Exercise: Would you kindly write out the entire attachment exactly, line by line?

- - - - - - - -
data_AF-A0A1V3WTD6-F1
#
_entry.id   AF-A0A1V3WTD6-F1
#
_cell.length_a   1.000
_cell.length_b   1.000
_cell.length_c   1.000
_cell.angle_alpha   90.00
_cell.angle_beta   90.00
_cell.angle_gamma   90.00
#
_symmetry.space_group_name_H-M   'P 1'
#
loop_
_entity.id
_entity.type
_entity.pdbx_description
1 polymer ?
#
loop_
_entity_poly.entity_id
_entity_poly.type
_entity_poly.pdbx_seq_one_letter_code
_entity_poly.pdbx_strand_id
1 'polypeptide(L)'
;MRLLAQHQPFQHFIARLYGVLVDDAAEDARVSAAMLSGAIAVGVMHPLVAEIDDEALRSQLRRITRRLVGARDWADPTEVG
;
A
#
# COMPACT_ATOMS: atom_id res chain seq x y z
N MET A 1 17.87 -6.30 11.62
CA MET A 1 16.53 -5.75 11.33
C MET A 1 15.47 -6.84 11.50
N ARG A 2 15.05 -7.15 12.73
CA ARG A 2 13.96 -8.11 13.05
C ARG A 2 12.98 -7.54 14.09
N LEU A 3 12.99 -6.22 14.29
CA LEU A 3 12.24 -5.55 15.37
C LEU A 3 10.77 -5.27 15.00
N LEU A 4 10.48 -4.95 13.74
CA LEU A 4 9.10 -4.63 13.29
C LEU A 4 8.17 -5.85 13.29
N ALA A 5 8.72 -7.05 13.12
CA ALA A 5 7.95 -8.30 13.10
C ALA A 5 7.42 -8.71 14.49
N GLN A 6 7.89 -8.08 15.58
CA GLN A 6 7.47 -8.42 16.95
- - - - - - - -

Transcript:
data_AF-A0A1V3WTD6-F1
#
_entry.id   AF-A0A1V3WTD6-F1
#
_cell.length_a   1.000
_cell.length_b   1.000
_cell.length_c   1.000
_cell.angle_alpha   90.00
_cell.angle_beta   90.00
_cell.angle_gamma   90.00
#
_symmetry.space_group_name_H-M   'P 1'
#
loop_
_entity.id
_entity.type
_entity.pdbx_description
1 polymer ?
#
loop_
_entity_poly.entity_id
_entity_poly.type
_entity_poly.pdbx_seq_one_letter_code
_entity_poly.pdbx_strand_id
1 'polypeptide(L)'
;MRLLAQHQPFQHFIARLYGVLVDDAAEDARVSAAMLSGAIAVGVMHPLVAEIDDEALRSQLRRITRRLVGARDWADPTEVG
;
A
#
# COMPACT_ATOMS: atom_id res chain seq x y z
N MET A 1 17.87 -6.30 11.62
CA MET A 1 16.53 -5.75 11.33
C MET A 1 15.47 -6.84 11.50
N ARG A 2 15.05 -7.15 12.73
CA ARG A 2 13.96 -8.11 13.05
C ARG A 2 12.98 -7.54 14.09
N LEU A 3 12.99 -6.22 14.29
CA LEU A 3 12.24 -5.55 15.37
C LEU A 3 10.77 -5.27 15.00
N LEU A 4 10.48 -4.95 13.74
CA LEU A 4 9.10 -4.63 13.29
C LEU A 4 8.17 -5.85 13.29
N ALA A 5 8.72 -7.05 13.12
CA ALA A 5 7.95 -8.30 13.10
C ALA A 5 7.42 -8.71 14.49
N GLN A 6 7.89 -8.08 15.58
CA GLN A 6 7.47 -8.42 16.95